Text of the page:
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U.S. Department of Health and Human Services

Inspections, Compliance, Enforcement, and Criminal Investigations

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Pharma Fab 15-Jun-04

Department of Health and Human Services' logoDepartment of Health and Human Services

Public Health Service
Food and Drug Administration


Dallas District
4040 North Central Expressway
Dallas, Texas 75204-3145

June 15, 2004

Ref: 2004-DAL-WL-19



Ms. Darlene M. Ryan, President
Pharma Fab
2940 N. Hwy. 360
Suite 100
Grand Prairie, Texas 75050

Dear Ms. Ryan:

During a January 5 through January 14, 2004, inspection of your pharmaceutical manufacturing facility located at 2940 N. Hwy. 360, Grand Prairie, Texas, Investigators Daniel J. Lahar and David M. Beltran, from this office documented serious deviations from current Good Manufacturing Practice (cGMP) regulations as delineated in Title 21, Code of Federal Regulations, Part 211.

This inspection revealed your firm’s Quality, Production, Facilities and Equipment, and Materials systems employed during the manufacturing, processing, packing and holding of your firm’s cough and cold prescription drug products, do not conform to cGMPs. Therefore, these drug products are adulterated within the meaning of Section 501(a)(2)(B) of the Federal Food, Drug and Cosmetic Act (the Act).

At the close of the inspection, you were issued a Form FDA-483, Inspectional Observations, which contained a number of significant cGMP deviations. The following are examples of the significant deficiencies regarding your firm’s operating systems.

1. Failure of your Quality Control Unit to review and approve drug product production and control records to determine compliance with all established approved written procedures before a batch is released or distributed; and failure to investigate the failure of a batch or any of its components to meet any of its specifications [21 CFR 211.192].

For example, the purified water USP produced on December 19, 2003, failed to meet microbiological specification with too numerous to count Purified water from that day was used to manufacture [redacted] Lot # 4001. The Quality Control Unit (QCU) failed to review and investigate the records for Lot # 4007, and no microbiological testing was performed on the finished drug product before it was released into commercial distribution. The purified water microbiological contamination could alter the safety, identity, strength, quality and purity of the drug product from established requirements. In addition, the investigators found that the QCU was not routinely notified of the out-of-specification results obtained from the purified water system.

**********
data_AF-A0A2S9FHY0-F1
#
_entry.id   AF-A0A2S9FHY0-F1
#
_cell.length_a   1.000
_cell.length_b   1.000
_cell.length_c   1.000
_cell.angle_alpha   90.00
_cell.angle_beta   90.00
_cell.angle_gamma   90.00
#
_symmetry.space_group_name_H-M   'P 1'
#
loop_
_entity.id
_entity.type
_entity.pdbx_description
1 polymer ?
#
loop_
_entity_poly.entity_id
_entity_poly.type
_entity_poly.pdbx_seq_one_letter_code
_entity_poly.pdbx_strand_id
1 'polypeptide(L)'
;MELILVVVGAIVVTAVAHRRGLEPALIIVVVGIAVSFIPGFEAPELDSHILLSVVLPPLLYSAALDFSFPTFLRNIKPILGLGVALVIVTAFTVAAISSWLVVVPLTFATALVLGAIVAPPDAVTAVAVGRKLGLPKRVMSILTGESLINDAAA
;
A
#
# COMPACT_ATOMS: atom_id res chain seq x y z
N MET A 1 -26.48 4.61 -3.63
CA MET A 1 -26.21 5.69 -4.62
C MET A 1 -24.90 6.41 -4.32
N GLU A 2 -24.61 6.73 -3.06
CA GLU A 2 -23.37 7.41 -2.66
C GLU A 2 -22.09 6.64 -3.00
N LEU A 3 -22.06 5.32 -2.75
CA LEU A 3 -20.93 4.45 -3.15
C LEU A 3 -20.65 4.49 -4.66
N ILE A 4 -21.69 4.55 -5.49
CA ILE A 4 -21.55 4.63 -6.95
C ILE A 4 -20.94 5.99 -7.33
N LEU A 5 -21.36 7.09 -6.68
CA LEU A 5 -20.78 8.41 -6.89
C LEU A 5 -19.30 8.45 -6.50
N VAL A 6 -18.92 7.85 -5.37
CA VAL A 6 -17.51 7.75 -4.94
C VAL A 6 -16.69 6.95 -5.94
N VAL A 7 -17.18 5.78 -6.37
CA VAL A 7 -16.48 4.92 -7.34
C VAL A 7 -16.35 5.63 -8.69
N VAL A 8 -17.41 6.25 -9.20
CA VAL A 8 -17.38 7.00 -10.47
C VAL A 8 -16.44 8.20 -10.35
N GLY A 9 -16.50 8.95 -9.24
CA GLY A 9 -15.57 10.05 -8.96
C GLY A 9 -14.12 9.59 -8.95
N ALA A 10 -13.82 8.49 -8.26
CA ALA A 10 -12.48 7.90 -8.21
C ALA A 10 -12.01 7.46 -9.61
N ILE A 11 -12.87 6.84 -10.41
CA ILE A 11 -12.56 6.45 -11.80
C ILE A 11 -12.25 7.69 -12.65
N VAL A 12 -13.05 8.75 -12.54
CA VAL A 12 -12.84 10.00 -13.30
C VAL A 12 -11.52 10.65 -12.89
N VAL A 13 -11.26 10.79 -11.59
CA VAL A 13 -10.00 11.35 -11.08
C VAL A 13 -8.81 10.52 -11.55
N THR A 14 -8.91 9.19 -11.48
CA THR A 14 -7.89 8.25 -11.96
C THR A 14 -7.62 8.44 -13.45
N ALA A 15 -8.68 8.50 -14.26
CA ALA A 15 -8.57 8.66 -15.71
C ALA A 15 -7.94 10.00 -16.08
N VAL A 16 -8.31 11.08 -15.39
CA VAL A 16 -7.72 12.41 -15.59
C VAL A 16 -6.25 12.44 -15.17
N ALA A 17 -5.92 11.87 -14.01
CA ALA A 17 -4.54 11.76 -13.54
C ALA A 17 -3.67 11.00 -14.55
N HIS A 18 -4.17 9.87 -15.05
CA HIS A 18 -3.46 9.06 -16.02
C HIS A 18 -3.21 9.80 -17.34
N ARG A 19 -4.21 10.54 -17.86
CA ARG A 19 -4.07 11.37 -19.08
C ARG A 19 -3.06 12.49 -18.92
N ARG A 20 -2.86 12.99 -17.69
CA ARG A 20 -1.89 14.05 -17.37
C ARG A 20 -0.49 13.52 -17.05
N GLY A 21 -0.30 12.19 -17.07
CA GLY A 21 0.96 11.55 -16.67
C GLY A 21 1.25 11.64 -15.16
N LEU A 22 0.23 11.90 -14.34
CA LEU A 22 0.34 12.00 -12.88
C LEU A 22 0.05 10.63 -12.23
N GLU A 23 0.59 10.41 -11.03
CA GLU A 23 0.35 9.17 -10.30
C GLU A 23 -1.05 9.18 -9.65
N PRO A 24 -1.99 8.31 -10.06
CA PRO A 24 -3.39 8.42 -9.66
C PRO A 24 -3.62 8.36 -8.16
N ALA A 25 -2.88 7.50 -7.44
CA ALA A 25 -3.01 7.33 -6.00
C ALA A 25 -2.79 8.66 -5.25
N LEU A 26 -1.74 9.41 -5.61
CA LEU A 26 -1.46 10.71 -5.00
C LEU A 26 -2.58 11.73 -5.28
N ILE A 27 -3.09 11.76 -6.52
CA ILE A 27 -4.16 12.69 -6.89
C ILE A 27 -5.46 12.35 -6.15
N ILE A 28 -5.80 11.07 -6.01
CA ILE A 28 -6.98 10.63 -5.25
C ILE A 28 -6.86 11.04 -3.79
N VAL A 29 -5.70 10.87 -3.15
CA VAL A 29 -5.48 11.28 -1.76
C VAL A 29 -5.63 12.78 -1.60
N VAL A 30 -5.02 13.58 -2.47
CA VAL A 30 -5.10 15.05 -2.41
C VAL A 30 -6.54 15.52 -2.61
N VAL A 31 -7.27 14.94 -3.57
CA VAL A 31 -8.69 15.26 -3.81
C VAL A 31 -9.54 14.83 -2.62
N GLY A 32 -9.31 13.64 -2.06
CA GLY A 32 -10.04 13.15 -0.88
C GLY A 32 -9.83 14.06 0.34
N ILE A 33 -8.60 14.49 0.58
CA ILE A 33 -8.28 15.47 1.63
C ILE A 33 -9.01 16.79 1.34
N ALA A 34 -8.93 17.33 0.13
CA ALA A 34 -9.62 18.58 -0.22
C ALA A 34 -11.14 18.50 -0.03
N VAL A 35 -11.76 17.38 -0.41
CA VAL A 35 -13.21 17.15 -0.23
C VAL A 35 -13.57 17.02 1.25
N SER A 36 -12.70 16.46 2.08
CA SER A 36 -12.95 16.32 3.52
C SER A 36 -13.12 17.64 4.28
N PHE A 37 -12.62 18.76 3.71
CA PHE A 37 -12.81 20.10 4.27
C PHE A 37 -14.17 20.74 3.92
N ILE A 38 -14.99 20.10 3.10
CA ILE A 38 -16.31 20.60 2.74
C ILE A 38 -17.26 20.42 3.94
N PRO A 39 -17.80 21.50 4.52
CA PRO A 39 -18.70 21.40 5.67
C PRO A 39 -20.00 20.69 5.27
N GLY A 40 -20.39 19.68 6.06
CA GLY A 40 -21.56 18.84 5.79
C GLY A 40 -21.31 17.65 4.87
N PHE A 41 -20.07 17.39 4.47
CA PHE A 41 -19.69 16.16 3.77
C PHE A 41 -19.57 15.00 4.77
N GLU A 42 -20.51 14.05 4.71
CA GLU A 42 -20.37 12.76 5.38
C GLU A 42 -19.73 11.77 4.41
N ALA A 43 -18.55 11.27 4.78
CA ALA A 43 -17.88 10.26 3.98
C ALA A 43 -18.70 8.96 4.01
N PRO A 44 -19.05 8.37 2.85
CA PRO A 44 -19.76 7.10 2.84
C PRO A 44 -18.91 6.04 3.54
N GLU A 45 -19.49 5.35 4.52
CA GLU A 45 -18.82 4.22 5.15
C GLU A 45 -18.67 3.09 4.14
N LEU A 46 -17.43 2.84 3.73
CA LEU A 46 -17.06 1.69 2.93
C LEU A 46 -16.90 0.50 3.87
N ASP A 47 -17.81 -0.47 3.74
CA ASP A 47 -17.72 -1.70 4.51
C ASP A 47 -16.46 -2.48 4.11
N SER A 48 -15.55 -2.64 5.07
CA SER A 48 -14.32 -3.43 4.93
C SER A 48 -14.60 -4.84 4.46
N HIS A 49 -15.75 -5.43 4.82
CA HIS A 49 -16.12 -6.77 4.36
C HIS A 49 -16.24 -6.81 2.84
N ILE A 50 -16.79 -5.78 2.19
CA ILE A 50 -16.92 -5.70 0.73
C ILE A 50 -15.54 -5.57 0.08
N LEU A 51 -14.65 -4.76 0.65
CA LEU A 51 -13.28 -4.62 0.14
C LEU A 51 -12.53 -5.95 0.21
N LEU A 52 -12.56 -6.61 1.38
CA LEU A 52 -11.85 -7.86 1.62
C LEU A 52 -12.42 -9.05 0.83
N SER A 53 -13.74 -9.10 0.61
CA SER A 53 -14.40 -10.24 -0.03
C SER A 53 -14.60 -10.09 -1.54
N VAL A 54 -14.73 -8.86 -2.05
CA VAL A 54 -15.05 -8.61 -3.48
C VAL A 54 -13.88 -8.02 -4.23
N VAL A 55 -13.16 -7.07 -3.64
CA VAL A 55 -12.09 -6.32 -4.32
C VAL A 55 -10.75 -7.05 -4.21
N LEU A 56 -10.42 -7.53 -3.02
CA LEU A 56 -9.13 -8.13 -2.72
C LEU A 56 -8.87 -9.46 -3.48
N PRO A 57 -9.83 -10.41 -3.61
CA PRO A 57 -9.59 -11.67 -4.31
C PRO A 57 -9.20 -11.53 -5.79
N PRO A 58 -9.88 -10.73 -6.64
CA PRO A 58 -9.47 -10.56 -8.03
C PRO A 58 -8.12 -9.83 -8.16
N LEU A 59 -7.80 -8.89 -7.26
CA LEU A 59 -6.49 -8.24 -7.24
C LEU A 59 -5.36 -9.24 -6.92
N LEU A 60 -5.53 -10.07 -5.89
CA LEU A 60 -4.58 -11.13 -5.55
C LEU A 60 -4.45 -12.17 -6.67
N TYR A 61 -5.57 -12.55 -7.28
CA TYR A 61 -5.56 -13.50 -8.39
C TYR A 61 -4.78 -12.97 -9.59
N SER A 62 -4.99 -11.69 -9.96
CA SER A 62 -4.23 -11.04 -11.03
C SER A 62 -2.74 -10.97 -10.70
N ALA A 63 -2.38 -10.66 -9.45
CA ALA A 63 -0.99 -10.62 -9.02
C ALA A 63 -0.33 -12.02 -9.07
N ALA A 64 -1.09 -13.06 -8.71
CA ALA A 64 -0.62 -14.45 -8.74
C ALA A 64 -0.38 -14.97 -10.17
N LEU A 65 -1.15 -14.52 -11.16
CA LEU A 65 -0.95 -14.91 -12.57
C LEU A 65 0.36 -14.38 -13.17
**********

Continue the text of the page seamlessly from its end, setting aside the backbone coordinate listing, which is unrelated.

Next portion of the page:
Your written response, dated February 5, 2004, indicates that the [redacted] Lot # 4001, manufactured on December 19, 2003, was sent to an outside laboratory testing facility for microbiological testing on January 13, 2004 (after our investigators noted the incident). The microbial analysis by the outside laboratory showed no microbial growth in the product. Your corrective action plan also states that all liquid products manufactured at your firm will be held under quarantine until verification of microbiological determinations is received by your QCU (i.e. ,. QA Department) for product release purposes. Your corrective action plan appears adequate.

2. Failure to establish and follow written procedures designed to prevent objectionable microorganisms in drug products not required to be sterile [21 CFR 211.113(a)].